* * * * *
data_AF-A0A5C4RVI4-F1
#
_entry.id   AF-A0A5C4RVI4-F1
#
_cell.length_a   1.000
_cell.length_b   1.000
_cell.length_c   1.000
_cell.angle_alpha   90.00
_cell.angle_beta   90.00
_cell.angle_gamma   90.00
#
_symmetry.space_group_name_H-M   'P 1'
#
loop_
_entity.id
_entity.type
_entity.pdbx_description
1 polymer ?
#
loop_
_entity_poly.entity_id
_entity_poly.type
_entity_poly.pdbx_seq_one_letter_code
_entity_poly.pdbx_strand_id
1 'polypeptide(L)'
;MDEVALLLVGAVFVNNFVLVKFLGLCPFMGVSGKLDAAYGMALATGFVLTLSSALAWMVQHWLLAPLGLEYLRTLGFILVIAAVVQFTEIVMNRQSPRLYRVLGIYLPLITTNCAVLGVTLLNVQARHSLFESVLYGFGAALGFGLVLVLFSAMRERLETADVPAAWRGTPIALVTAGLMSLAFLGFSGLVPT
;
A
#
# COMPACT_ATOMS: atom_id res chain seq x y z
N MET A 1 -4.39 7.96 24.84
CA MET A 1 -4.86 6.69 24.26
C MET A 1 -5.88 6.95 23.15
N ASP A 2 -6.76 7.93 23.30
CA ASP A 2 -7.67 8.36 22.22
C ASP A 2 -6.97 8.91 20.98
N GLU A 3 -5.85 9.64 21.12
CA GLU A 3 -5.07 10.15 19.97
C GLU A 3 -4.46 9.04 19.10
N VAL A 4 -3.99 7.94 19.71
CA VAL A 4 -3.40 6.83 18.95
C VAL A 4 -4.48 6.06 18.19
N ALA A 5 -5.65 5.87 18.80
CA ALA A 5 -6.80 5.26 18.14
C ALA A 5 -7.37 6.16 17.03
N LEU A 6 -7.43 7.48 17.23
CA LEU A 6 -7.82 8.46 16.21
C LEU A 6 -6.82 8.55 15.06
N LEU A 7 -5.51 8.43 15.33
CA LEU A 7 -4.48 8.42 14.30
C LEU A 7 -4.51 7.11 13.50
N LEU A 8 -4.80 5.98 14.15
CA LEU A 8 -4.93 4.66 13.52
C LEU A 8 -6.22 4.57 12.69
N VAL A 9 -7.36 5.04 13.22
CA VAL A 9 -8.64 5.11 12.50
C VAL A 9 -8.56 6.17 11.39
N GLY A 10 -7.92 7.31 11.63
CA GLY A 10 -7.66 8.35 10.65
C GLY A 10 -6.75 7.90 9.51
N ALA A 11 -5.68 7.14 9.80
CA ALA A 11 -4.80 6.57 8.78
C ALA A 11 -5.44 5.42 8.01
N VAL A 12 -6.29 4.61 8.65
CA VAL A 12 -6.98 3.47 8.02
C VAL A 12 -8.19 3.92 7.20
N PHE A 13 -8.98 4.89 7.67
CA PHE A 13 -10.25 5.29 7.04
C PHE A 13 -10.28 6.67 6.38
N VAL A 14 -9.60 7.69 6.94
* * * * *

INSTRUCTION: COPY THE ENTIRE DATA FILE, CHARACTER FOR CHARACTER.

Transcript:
data_AF-A0A5C4RVI4-F1
#
_entry.id   AF-A0A5C4RVI4-F1
#
_cell.length_a   1.000
_cell.length_b   1.000
_cell.length_c   1.000
_cell.angle_alpha   90.00
_cell.angle_beta   90.00
_cell.angle_gamma   90.00
#
_symmetry.space_group_name_H-M   'P 1'
#
loop_
_entity.id
_entity.type
_entity.pdbx_description
1 polymer ?
#
loop_
_entity_poly.entity_id
_entity_poly.type
_entity_poly.pdbx_seq_one_letter_code
_entity_poly.pdbx_strand_id
1 'polypeptide(L)'
;MDEVALLLVGAVFVNNFVLVKFLGLCPFMGVSGKLDAAYGMALATGFVLTLSSALAWMVQHWLLAPLGLEYLRTLGFILVIAAVVQFTEIVMNRQSPRLYRVLGIYLPLITTNCAVLGVTLLNVQARHSLFESVLYGFGAALGFGLVLVLFSAMRERLETADVPAAWRGTPIALVTAGLMSLAFLGFSGLVPT
;
A
#
# COMPACT_ATOMS: atom_id res chain seq x y z
N MET A 1 -4.39 7.96 24.84
CA MET A 1 -4.86 6.69 24.26
C MET A 1 -5.88 6.95 23.15
N ASP A 2 -6.76 7.93 23.30
CA ASP A 2 -7.67 8.36 22.22
C ASP A 2 -6.97 8.91 20.98
N GLU A 3 -5.85 9.64 21.12
CA GLU A 3 -5.07 10.15 19.97
C GLU A 3 -4.46 9.04 19.10
N VAL A 4 -3.99 7.94 19.71
CA VAL A 4 -3.40 6.83 18.95
C VAL A 4 -4.48 6.06 18.19
N ALA A 5 -5.65 5.87 18.80
CA ALA A 5 -6.80 5.26 18.14
C ALA A 5 -7.37 6.16 17.03
N LEU A 6 -7.43 7.48 17.23
CA LEU A 6 -7.82 8.46 16.21
C LEU A 6 -6.82 8.55 15.06
N LEU A 7 -5.51 8.43 15.33
CA LEU A 7 -4.48 8.42 14.30
C LEU A 7 -4.51 7.11 13.50
N LEU A 8 -4.80 5.98 14.15
CA LEU A 8 -4.93 4.66 13.52
C LEU A 8 -6.22 4.57 12.69
N VAL A 9 -7.36 5.04 13.22
CA VAL A 9 -8.64 5.11 12.50
C VAL A 9 -8.56 6.17 11.39
N GLY A 10 -7.92 7.31 11.63
CA GLY A 10 -7.66 8.35 10.65
C GLY A 10 -6.75 7.90 9.51
N ALA A 11 -5.68 7.14 9.80
CA ALA A 11 -4.80 6.57 8.78
C ALA A 11 -5.44 5.42 8.01
N VAL A 12 -6.29 4.61 8.65
CA VAL A 12 -6.98 3.47 8.02
C VAL A 12 -8.19 3.92 7.20
N PHE A 13 -8.98 4.89 7.67
CA PHE A 13 -10.25 5.29 7.04
C PHE A 13 -10.28 6.67 6.38
N VAL A 14 -9.60 7.69 6.94